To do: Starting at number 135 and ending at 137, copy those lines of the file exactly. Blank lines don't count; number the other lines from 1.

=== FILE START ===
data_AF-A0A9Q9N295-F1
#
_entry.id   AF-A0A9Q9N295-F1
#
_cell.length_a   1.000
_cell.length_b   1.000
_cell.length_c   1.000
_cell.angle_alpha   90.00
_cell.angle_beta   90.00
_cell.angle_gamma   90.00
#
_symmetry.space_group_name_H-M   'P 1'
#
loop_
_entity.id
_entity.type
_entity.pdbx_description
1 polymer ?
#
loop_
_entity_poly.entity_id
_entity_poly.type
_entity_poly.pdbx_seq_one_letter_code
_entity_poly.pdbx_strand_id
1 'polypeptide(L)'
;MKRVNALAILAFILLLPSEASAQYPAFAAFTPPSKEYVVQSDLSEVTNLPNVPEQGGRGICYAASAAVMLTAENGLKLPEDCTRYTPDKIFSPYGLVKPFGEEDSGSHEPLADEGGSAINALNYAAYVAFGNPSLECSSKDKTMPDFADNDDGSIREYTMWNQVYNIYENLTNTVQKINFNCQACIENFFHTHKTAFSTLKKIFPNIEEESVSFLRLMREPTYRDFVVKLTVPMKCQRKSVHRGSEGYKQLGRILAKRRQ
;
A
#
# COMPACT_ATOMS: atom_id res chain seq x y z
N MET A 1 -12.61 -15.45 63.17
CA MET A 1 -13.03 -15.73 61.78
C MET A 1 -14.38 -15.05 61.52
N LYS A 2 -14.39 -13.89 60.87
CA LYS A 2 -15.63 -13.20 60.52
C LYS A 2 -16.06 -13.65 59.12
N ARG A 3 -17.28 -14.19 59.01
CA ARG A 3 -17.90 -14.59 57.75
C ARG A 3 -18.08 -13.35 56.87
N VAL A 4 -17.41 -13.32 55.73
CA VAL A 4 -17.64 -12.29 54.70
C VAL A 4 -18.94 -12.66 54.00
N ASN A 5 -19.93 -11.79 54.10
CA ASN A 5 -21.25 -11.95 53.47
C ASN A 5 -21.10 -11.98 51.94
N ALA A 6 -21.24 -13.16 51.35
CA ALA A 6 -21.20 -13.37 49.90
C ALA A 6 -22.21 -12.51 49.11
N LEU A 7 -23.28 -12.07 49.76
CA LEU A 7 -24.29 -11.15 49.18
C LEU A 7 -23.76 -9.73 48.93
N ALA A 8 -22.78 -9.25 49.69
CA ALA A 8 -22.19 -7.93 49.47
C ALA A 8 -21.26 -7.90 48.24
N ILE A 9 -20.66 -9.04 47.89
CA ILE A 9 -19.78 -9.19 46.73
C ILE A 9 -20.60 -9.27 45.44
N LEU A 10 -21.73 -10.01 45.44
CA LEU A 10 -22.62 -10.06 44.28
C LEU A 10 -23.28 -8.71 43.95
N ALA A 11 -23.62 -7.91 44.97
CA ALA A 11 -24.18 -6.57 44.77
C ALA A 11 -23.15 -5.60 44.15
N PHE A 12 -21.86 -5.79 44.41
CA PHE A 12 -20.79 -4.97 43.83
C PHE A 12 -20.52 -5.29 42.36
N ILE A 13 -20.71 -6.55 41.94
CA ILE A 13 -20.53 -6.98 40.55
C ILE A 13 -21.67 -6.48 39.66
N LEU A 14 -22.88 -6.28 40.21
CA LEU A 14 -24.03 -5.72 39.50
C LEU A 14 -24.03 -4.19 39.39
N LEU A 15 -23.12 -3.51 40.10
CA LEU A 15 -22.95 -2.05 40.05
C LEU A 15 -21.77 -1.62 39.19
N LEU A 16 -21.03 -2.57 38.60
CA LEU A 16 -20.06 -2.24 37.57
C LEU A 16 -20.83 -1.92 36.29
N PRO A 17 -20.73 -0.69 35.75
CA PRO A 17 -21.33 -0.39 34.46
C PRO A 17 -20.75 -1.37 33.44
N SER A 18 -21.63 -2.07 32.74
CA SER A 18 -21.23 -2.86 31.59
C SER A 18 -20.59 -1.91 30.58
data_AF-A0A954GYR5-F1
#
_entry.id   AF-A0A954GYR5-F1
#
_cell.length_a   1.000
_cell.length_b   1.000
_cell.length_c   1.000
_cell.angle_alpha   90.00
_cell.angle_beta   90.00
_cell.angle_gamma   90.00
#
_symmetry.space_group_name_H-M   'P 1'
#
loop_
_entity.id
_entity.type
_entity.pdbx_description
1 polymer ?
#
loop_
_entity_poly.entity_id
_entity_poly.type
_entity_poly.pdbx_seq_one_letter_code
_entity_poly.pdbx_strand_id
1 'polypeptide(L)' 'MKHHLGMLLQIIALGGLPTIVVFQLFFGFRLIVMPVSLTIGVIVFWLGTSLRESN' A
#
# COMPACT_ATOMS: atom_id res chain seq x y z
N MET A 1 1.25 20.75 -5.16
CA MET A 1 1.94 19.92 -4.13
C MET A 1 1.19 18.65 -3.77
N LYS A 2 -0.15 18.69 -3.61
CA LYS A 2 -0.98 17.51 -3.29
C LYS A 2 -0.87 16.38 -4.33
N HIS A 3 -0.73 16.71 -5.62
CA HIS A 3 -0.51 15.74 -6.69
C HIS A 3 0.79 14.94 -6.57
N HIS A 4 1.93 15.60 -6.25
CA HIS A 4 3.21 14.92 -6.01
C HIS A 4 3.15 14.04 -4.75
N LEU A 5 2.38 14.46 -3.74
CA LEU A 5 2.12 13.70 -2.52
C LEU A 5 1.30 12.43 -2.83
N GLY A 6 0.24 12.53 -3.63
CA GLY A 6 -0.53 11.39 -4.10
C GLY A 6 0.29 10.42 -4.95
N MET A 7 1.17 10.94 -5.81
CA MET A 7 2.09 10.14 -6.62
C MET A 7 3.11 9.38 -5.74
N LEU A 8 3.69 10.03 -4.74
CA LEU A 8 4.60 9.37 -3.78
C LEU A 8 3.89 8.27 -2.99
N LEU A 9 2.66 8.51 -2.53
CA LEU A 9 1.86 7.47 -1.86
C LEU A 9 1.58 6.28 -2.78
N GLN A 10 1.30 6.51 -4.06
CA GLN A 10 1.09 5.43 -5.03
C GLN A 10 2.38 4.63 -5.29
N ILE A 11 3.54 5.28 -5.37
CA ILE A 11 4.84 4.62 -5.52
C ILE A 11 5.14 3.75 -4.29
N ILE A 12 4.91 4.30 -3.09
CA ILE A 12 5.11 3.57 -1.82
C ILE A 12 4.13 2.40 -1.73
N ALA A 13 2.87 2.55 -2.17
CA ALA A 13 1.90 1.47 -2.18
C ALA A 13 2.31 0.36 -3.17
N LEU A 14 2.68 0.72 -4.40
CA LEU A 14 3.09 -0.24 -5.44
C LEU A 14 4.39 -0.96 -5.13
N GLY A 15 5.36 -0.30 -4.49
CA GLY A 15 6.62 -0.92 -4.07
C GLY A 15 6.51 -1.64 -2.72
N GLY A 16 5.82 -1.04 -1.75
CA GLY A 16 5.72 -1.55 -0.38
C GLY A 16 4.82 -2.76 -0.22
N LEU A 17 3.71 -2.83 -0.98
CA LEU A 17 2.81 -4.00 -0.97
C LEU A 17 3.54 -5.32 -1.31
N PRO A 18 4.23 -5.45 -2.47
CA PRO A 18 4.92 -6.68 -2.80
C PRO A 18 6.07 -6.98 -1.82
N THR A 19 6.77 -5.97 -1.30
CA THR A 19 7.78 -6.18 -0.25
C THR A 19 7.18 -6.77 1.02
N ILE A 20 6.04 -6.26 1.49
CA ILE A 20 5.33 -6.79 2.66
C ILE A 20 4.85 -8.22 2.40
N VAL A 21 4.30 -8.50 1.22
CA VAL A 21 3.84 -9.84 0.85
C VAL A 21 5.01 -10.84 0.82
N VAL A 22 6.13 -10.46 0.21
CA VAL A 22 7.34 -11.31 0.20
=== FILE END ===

C LEU A 8 3.89 8.27 -2.99
N LEU A 9 2.66 8.51 -2.53
CA LEU A 9 1.86 7.47 -1.86